SIT STILL!

Teachers and parents will immediately recognize Patrick, the subject of this appealing, slice-of-life picture book: He is the child who just can't sit still. Patrick knows 101 ways to sit in a chair; the drawing shows this happy, lanky kid always in motion in eight different chairs, as he rocks, kicks, lounges, and sprawls. ``Sit still'' are the two words he hears most, but Patrick really can't help it—even the doctor admits that there's nothing he can do for the boy. Patrick's mother, though, is not so placid; she comes up with dozens of activities for Patrick and starts walking to school with him. No Attention-Deficit Disorder in this book, no administering of Ritalin; Carlson (How to Lose All Your Friends, 1994, etc.) is interested in a good old case of the fidgets, capturing Patrick in bright, flat, action-filled pictures with strongly diagonal compositions and multiple images that convey motion. The solution will strike some as simplistic, but the good humor and tolerance expressed send a positive message about kids like Patrick. (Picture book. 5-8)

Pub Date: May 1, 1996

ISBN: 0-670-85721-1

Page Count: 32

Publisher: Viking

Review Posted Online: May 20, 2010

Kirkus Reviews Issue: April 15, 1996

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HELLO, HARVEST MOON

As atmospheric as its companion, Twilight Comes Twice, this tone poem pairs poetically intense writing with luminescent oils featuring widely spaced houses, open lawns, and clumps of autumnal trees, all lit by a huge full moon. Fletcher tracks that moon’s nocturnal path in language rich in metaphor: “With silent slippers / it climbs the night stairs,” “staining earth and sky with a ghostly glow,” lighting up a child’s bedroom, the wings of a small plane, moonflowers, and, ranging further afield, harbor waves and the shells of turtle hatchlings on a beach. Using creamy brushwork and subtly muted colors, Kiesler depicts each landscape, each night creature from Luna moths to a sleepless child and her cat, as well as the great moon sweeping across star-flecked skies, from varied but never vertiginous angles. Closing with moonset, as dawn illuminates the world with a different kind of light, this makes peaceful reading either in season, or on any moonlit night. (Picture book. 6-8)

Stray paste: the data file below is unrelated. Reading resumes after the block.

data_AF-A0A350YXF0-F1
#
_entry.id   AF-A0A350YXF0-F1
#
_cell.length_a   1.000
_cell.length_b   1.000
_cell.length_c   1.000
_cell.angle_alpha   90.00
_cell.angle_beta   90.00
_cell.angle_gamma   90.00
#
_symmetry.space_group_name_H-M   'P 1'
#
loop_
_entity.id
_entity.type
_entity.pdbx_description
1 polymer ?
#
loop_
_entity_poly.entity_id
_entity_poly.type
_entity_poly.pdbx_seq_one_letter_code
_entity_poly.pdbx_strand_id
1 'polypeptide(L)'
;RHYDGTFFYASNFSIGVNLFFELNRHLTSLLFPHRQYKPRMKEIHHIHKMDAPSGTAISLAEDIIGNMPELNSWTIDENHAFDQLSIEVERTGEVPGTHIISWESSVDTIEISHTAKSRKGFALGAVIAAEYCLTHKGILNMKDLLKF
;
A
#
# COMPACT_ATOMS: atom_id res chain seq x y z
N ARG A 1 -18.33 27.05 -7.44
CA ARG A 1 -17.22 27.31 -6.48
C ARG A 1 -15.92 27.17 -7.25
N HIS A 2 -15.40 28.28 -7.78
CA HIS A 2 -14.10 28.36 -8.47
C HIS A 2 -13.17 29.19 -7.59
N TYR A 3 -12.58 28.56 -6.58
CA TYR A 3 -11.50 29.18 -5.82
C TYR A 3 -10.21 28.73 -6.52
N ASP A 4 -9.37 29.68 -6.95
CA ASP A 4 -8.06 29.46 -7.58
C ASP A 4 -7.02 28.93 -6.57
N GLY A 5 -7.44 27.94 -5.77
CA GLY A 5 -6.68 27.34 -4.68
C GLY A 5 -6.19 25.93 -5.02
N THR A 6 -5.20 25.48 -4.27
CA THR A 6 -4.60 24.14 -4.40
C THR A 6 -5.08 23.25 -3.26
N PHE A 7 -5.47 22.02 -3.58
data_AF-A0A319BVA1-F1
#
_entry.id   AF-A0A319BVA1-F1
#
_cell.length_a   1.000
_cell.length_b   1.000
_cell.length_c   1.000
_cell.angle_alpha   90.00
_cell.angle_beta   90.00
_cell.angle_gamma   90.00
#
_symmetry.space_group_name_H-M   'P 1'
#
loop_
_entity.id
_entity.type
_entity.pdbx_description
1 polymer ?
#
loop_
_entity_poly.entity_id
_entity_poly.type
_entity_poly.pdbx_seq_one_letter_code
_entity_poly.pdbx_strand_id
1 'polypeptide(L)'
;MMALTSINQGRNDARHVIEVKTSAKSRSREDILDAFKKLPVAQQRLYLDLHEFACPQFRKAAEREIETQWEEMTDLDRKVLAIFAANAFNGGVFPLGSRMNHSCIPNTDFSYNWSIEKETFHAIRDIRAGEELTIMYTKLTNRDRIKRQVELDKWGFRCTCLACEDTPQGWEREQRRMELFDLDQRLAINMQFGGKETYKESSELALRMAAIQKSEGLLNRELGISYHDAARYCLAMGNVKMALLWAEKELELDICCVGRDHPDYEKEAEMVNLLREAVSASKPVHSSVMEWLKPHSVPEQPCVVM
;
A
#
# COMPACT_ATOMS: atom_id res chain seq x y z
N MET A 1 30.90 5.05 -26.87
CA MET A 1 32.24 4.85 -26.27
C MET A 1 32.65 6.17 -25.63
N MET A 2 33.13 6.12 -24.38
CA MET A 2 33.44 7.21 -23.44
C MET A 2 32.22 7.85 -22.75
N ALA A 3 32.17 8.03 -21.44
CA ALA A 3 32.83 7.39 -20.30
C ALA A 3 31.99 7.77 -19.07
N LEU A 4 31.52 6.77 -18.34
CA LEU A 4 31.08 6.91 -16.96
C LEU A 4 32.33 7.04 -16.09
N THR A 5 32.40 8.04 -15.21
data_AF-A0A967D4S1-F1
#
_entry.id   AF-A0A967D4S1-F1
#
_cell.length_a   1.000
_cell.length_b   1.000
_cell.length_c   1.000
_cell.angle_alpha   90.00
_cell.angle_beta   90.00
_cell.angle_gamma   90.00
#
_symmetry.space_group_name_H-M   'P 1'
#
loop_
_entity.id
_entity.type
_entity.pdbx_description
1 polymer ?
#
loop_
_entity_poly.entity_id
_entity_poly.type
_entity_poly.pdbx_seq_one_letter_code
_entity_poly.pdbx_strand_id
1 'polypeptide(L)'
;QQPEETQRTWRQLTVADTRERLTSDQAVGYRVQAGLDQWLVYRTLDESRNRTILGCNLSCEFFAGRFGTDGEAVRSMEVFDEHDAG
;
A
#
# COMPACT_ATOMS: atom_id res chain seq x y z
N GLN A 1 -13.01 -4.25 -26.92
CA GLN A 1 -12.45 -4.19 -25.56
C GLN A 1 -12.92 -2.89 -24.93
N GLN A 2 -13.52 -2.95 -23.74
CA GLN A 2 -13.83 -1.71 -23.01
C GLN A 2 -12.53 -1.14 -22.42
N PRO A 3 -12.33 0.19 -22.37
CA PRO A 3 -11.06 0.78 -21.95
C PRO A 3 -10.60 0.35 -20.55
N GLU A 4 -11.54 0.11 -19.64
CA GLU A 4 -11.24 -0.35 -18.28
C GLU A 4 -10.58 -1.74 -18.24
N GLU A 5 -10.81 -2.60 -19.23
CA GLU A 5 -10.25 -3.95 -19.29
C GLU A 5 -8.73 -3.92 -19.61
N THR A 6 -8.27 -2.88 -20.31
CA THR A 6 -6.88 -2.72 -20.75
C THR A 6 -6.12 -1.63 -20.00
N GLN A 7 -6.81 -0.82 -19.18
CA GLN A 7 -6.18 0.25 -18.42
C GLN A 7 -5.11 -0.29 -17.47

Pub Date: Sept. 22, 2003

ISBN: 0-618-16451-0

Page Count: 32

Publisher: Clarion Books

Review Posted Online: May 20, 2010

Kirkus Reviews Issue: Sept. 15, 2003

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NOT A BOX

Dedicated “to children everywhere sitting in cardboard boxes,” this elemental debut depicts a bunny with big, looping ears demonstrating to a rather thick, unseen questioner (“Are you still standing around in that box?”) that what might look like an ordinary carton is actually a race car, a mountain, a burning building, a spaceship or anything else the imagination might dream up. Portis pairs each question and increasingly emphatic response with a playscape of Crockett Johnson–style simplicity, digitally drawn with single red and black lines against generally pale color fields. Appropriately bound in brown paper, this makes its profound point more directly than such like-themed tales as Marisabina Russo’s Big Brown Box (2000) or Dana Kessimakis Smith’s Brave Spaceboy (2005). (Picture book. 5-7)

Pub Date: Dec. 1, 2006

ISBN: 0-06-112322-6

Page Count: 32

Publisher: HarperCollins

Review Posted Online: May 20, 2010

Kirkus Reviews Issue: Dec. 1, 2006

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